Texas’ 10th Congressional District: Mike Siegel defeated Pritesh Gandhi in the Democratic primary runoff for Texas’ 10th Congressional District. Siegel received 54% of the vote to Gandhi’s 46%. The candidates split on healthcare and climate policy, with Siegel supporting a single-payer healthcare plan and the Green New Deal and Gandhi backing a plan he described as Medicare for All who want it and a carbon fee structure to reduce emissions. The Austin American-Statesman endorsed Gandhi, while the Austin Chronicle and Houston Chronicle endorsed Siegel.
Texas’ 24th Congressional District: Candace Valenzuela defeated Kim Olson in the Democratic primary runoff for Texas’ 24th Congressional District. Valenzuela received 60% of the vote to Olson’s 40%. Former U.S. Secretary of Housing and Urban Development Julian Castro (D), U.S. Sens. Elizabeth Warren (D-Mass.) and Kamala Harris (D-Calif.), several members of the U.S. House, and multiple congressional caucus PACs endorsed Valenzuela, who served on the Carrollton-Farmers Branch school board. The Dallas Morning News, the Fort Worth Star-Telegram, and multiple organizations supporting military veterans in politics endorsed Olson, a retired Air Force colonel. In 2018, retiring incumbent Kenny Marchant (R) won re-election by three percentage points.
Texas’ 31st Congressional District: Donna Imam defeated Christine Eady Mann in the Democratic primary runoff for Texas’ 31st Congressional District. Imam received 57% of the vote to Eady Mann’s 43%. Imam, a computer engineer, received an endorsement from former 2020 Democratic presidential candidate Andrew Yang (D), who said, “Imam is one of the most solutions-oriented candidates I’ve ever spoken to, which is no surprise as she’s an engineer and entrepreneur.” Imam will face incumbent Rep. John Carter (R) in the general election. Carter has represented the 31st District since its creation in 2003. He most recently won re-election in 2018 over M.J. Hegar (D), receiving 51 percent of the vote to Hegar’s 48 percent, the first time a Democratic candidate had won over 40 percent of the vote in the district.
Super PAC spends $900,000 supporting Markey in Mass.
The super PAC United for Massachusetts spent $900,000 on TV and digital ads saying Sen. Ed Markey was progressive on healthcare and the environment before crises developed in these areas. The Sunrise Movement and Environment America Action Fund formed the PAC.
Markey faces U.S. Rep. Joe Kennedy in the Sept. 1 primary. Kennedy has pledged to disavow satellite spending in the race and called on Markey to do the same. Markey says he wants to allow progressive voices to be heard.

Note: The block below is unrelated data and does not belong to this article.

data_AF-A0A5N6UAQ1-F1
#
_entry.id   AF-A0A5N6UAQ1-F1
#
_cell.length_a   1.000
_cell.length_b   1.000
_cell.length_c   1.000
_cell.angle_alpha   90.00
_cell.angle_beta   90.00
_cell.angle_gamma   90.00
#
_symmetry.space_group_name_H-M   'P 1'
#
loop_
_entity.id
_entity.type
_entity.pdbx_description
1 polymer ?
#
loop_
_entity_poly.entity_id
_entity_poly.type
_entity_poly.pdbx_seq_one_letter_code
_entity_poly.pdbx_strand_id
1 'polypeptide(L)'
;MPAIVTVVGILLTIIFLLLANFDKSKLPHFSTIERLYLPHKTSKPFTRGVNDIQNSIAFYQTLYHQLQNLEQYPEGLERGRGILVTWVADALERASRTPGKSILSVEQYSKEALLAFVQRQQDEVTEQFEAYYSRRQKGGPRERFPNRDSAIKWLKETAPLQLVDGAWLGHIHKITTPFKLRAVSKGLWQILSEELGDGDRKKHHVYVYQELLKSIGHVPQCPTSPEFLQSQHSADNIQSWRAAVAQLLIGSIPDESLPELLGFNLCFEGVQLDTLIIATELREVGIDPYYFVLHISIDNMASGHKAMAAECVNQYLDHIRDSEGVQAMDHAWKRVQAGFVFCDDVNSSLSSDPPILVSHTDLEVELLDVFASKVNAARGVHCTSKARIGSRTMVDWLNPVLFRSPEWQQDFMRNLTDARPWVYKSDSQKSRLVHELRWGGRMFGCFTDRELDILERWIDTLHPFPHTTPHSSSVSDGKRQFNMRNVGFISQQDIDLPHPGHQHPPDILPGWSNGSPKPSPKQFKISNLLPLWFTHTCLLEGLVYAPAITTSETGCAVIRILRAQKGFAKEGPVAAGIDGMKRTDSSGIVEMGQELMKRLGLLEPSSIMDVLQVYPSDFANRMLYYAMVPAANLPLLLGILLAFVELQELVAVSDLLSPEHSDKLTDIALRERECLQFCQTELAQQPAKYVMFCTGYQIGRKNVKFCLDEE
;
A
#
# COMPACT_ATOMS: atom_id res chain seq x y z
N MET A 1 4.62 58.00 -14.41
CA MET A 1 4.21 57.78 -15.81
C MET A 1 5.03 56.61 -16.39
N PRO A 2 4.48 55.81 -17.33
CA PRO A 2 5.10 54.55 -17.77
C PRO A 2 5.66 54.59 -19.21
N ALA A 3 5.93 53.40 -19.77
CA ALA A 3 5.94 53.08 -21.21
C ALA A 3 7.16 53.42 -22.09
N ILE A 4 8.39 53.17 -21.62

Former 2020 Democratic presidential candidate Tom Steyer endorsed Markey on June 29, saying he’s “been leading the fight in Congress to tackle our climate crisis.”
Markey introduced a Green New Deal resolution into Congress with Rep. Alexandria Ocasio-Cortez (D-N.Y.) in 2019. Kennedy says he supports the Green New Deal and that Markey hasn’t done enough to implement it.
Kennedy released an ad last week saying America has left people behind and, “If you think this is as good as we can possibly be, then great, vote for the status quo. But if you believe that we actually can do better, this has to be the moment where we finally reject the policies of the past and we build something better, something stronger for the future.”
Markey has been in the Senate since 2013. He served in the U.S. House from 1976 to 2013. Kennedy has been in the U.S. House since 2013.
Groups focused on Israel policyfundraise for Omar challenger Melton-Meaux
Antone Melton-Meaux, who is challenging Rep. Ilhan Omar (D) in Minnesota’s 5th Congressional District primary, raised $1.5 million in May. Some of his contributors cite policy differences between him and Omar on Israel as the reason for their support.
Melton-Meaux has received about $450,000 from Pro-Israel America and NORPAC. NORPAC says it supports candidates who “demonstrate a genuine commitment to the strength, security, and survival of Israel.” Pro-Israel America collected about $300,000 in individual donations for Melton-Meaux, and NORPAC collected about $150,000.
Omar has supported the Boycott, Divestment, and Sanctions (BDS) movement’s approach of using economic pressure in an effort to change Israel’s policies regarding Palestine. Melton-Meaux opposes BDS. Both candidates saythey support a two-state solution.
Omar has apologized for a 2012 tweet in which she said Israel “has hypnotized the world.” In 2019, House Minority Leader Kevin McCarthy (R) said he would take action against Omar and Rep. Rashida Tlaib (D-Mich.) for their statements on Israel and BDS. Democratic and Republican members of Congress criticized Omar for responding that McCarthy’s statement was “all about the Benjamins,” saying she was playing on anti-Semitic tropes. Omar said she was referring to lobbying money from groups supporting Israel and apologized for her comment.
Through March 31, Omar reported raising $3.4 million to Melton-Meaux’s $484,000. John Mason had raised $108,000. Data was unavailable for the remaining two primary candidates.
Omar was first elected in 2018. She is part of a progressive group of representatives of color known as the Squad, including Tlaib, Alexandria Ocasio-Cortez (D-N.Y.), and Ayanna Pressley (D-Mass.).
The primary is Aug. 11.
Vermont gubernatorial candidates differ on ethics regulations
Former Vermont Secretary of Education Rebecca Holcombe’s (D) proposed ethics rules have split two of her opponents in the Democratic gubernatorial primary.
Holcombe’s proposal, released July 9, calls for expanding the Vermont Ethics Commission’s powers as well as a five-year lobbying ban on former governors and administration officials and a two-year lobbying ban on former state legislators.